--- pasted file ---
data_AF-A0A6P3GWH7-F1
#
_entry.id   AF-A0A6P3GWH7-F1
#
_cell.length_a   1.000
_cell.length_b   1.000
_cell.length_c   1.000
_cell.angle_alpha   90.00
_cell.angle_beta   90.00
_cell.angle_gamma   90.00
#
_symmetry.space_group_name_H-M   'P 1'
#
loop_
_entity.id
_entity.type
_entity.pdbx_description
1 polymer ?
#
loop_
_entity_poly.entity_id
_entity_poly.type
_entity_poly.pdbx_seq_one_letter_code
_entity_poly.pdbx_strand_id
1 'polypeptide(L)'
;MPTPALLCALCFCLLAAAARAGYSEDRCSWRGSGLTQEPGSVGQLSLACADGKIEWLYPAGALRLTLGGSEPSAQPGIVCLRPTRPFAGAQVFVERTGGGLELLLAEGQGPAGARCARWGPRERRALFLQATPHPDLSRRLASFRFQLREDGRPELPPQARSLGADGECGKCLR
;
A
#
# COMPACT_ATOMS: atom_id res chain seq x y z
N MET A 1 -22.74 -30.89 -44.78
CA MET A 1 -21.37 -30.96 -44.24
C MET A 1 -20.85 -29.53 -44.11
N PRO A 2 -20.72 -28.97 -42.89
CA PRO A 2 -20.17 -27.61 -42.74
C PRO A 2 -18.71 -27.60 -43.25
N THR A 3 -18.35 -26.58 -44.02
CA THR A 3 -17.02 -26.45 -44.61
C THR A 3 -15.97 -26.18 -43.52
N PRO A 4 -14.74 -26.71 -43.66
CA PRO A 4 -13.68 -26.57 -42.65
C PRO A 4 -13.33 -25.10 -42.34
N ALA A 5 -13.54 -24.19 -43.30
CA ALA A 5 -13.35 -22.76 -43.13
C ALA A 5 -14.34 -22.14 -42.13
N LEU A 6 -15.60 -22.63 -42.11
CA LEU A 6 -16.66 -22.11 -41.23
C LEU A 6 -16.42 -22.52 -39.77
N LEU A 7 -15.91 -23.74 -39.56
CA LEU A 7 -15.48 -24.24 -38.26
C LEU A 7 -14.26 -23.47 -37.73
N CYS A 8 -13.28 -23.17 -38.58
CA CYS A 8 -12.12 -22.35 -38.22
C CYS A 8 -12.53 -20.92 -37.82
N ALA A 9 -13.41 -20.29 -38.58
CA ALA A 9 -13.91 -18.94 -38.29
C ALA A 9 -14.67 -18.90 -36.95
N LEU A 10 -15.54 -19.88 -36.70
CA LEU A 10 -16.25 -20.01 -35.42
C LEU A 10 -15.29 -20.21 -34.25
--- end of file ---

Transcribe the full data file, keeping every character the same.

data_AF-A0A6P3GWH7-F1
#
_entry.id   AF-A0A6P3GWH7-F1
#
_cell.length_a   1.000
_cell.length_b   1.000
_cell.length_c   1.000
_cell.angle_alpha   90.00
_cell.angle_beta   90.00
_cell.angle_gamma   90.00
#
_symmetry.space_group_name_H-M   'P 1'
#
loop_
_entity.id
_entity.type
_entity.pdbx_description
1 polymer ?
#
loop_
_entity_poly.entity_id
_entity_poly.type
_entity_poly.pdbx_seq_one_letter_code
_entity_poly.pdbx_strand_id
1 'polypeptide(L)'
;MPTPALLCALCFCLLAAAARAGYSEDRCSWRGSGLTQEPGSVGQLSLACADGKIEWLYPAGALRLTLGGSEPSAQPGIVCLRPTRPFAGAQVFVERTGGGLELLLAEGQGPAGARCARWGPRERRALFLQATPHPDLSRRLASFRFQLREDGRPELPPQARSLGADGECGKCLR
;
A
#
# COMPACT_ATOMS: atom_id res chain seq x y z
N MET A 1 -22.74 -30.89 -44.78
CA MET A 1 -21.37 -30.96 -44.24
C MET A 1 -20.85 -29.53 -44.11
N PRO A 2 -20.72 -28.97 -42.89
CA PRO A 2 -20.17 -27.61 -42.74
C PRO A 2 -18.71 -27.60 -43.25
N THR A 3 -18.35 -26.58 -44.02
CA THR A 3 -17.02 -26.45 -44.61
C THR A 3 -15.97 -26.18 -43.52
N PRO A 4 -14.74 -26.71 -43.66
CA PRO A 4 -13.68 -26.57 -42.65
C PRO A 4 -13.33 -25.10 -42.34
N ALA A 5 -13.54 -24.19 -43.30
CA ALA A 5 -13.35 -22.76 -43.13
C ALA A 5 -14.34 -22.14 -42.13
N LEU A 6 -15.60 -22.63 -42.11
CA LEU A 6 -16.66 -22.11 -41.23
C LEU A 6 -16.42 -22.52 -39.77
N LEU A 7 -15.91 -23.74 -39.56
CA LEU A 7 -15.48 -24.24 -38.26
C LEU A 7 -14.26 -23.47 -37.73
N CYS A 8 -13.28 -23.17 -38.58
CA CYS A 8 -12.12 -22.35 -38.22
C CYS A 8 -12.53 -20.92 -37.82
N ALA A 9 -13.41 -20.29 -38.58
CA ALA A 9 -13.91 -18.94 -38.29
C ALA A 9 -14.67 -18.90 -36.95
N LEU A 10 -15.54 -19.88 -36.70
CA LEU A 10 -16.25 -20.01 -35.42
C LEU A 10 -15.29 -20.21 -34.25